Five years after its inception, in 1989, Interdoc had a technical advisory committee and a secretariat. The online centerpiece of Interdoc was an e–mail and bulletin board conferencing facility.

For example, the Dutch member (Antenna) made arrangements with GeoNet, a commercial electronic mail service based in Germany, to act as a server for conferencing and document exchange. The network started with 75 institutional members using the system. By 1985 the “for–profit” GeoNet system had expanded, providing access points in most Western European countries and the U.S.

A group of NGO volunteers formed Poptel in London under the aegis of GeoNet to serve non–for–profit entities. By the end of the decade, Poptel/GeoNet was handling 600 NGO institutional users from 45 countries. Users received electronic mail services and access to online databases in Europe and North America. Documentation centers and alternative journalism/publishing entities also used the Poptel.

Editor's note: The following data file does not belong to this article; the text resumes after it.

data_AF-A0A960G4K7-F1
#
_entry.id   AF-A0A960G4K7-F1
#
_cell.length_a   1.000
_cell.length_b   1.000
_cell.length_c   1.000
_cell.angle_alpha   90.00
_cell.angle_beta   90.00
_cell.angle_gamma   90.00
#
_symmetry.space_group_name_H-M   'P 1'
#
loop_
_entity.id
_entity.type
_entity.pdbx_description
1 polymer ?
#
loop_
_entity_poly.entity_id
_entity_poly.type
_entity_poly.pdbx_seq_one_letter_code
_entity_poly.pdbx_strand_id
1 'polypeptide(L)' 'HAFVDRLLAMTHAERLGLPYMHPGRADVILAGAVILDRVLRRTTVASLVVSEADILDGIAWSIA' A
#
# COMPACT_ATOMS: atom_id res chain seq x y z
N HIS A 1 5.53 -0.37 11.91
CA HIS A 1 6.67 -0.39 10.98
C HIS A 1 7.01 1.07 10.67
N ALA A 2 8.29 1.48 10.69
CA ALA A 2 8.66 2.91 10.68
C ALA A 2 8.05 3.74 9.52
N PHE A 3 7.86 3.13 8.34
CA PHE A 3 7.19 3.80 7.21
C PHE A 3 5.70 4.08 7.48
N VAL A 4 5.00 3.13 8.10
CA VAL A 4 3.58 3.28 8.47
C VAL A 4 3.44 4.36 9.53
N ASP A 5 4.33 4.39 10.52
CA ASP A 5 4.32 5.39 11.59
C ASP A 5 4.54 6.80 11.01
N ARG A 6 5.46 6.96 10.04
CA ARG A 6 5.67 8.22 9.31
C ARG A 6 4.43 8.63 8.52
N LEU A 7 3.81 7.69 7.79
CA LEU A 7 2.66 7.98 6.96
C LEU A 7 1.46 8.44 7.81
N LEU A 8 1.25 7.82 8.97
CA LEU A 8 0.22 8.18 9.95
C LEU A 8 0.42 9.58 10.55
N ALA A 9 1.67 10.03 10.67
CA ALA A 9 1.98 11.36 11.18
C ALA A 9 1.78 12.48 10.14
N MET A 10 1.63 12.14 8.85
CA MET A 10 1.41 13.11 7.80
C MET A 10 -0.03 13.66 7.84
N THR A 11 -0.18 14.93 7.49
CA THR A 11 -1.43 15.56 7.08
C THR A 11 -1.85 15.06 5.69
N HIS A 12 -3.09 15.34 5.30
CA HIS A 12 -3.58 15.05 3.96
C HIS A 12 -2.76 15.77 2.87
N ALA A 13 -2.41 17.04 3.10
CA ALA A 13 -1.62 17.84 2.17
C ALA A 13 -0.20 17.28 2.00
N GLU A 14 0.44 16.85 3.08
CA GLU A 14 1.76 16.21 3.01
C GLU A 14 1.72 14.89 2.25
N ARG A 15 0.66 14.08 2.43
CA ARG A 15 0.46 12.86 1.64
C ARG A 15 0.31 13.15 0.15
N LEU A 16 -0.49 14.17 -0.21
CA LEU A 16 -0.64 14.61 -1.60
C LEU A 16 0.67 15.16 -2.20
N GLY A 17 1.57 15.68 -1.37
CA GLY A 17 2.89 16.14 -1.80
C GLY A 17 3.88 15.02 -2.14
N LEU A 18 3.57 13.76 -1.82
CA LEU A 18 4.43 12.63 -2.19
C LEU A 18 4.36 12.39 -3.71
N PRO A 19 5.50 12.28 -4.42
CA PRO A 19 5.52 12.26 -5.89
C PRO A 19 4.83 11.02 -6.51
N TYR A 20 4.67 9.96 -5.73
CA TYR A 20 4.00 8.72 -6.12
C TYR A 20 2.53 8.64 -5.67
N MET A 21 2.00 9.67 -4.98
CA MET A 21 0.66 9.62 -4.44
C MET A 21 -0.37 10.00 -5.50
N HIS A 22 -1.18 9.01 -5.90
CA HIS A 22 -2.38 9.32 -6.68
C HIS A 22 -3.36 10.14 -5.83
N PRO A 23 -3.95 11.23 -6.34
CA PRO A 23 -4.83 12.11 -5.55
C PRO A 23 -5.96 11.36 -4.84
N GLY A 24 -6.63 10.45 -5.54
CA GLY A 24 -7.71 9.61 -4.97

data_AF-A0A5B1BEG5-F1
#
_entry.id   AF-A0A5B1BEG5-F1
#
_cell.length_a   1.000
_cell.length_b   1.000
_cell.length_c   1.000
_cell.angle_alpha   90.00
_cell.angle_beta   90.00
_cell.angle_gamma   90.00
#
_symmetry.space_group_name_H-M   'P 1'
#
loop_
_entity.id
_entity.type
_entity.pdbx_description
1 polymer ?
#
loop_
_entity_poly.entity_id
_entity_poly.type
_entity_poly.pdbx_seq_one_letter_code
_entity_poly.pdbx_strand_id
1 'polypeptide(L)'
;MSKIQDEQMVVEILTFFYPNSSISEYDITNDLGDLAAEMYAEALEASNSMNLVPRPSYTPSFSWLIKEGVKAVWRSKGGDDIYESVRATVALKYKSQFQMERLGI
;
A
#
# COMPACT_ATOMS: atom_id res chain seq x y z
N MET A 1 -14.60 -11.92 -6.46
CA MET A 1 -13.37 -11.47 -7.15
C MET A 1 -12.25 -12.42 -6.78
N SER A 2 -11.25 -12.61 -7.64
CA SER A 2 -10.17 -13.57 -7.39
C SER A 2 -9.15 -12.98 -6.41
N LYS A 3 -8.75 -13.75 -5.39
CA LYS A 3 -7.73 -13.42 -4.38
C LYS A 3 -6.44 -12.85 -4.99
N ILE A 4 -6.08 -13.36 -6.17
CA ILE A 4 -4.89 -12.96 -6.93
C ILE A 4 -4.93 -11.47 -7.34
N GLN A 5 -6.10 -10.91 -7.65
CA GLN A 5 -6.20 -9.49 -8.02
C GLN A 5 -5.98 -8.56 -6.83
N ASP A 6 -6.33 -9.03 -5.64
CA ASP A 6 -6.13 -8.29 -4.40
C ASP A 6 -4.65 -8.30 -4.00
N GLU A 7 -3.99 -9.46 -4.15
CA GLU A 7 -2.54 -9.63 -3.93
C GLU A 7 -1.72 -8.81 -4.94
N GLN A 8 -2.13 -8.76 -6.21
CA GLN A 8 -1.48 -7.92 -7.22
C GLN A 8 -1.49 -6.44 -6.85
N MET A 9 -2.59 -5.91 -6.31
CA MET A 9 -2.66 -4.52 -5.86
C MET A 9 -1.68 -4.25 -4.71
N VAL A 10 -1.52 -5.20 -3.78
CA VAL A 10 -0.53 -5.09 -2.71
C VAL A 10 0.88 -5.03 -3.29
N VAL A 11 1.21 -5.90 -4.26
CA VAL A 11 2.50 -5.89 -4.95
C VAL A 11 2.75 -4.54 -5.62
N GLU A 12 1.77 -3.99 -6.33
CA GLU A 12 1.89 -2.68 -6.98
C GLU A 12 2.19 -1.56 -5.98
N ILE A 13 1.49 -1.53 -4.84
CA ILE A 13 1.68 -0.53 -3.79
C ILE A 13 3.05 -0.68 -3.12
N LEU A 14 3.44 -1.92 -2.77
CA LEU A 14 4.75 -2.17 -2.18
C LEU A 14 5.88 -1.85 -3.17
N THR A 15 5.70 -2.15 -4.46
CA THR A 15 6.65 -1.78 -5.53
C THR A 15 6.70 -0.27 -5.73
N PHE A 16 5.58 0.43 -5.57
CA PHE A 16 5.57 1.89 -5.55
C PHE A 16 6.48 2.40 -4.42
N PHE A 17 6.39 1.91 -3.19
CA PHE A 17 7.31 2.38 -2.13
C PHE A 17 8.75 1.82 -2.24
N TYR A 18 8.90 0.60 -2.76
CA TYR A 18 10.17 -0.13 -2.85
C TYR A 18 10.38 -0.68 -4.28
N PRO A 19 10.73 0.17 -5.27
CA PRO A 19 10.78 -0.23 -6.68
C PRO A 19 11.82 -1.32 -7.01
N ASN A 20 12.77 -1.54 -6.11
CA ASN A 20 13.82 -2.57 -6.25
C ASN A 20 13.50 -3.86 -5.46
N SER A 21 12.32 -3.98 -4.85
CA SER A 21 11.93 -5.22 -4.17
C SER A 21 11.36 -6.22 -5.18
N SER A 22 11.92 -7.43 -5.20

The network was structured in three linked “circles.” The core or first circle of communication was the Poptel/GeoNet network, based in the U.K., with more than 600 individuals and institutional users. The second or middle circle was made up by 25 critical/advocacy NGOs around the world connecting their networks or bulletin board services to Poptel/GeoNet. These institutions also experimented with Fidonet and other communication options. The third circle was made up of the local and regional institutional partners, individual clients and community groups served by the second/middle circle.

The middle circle NGOs trained the third circle in electronic systems use. Many in the middle circle also specialized in strategic information research for third circle entities.

Although the technical “hub” of this loose three–circle Interdoc network was Poptel/GeoNet, the system was held together by the middle or second circle groups that serviced third circle users while maintaining international communication links to Poptel/GeoNet. The total number of users was between four and five thousand. Most were in North America and Western Europe. The 25 middle circle NGOs were distributed as follows:

  • Western Europe: 8 (based in Belgium, Netherlands, Sweden, U.K.);
  • North America: 4 (U.S. 3, Canada, 1);
  • Central/South America: 6 (Brazil, Chile, Colombia, Nicaragua, Peru, Uruguay);
  • Africa: 3 (Kenya, Republic of South Africa, Zimbabwe);
  • Australia–Asia: 4 (Australia, Hong Kong, Philippines, Thailand). (Lane, 1990).

Aims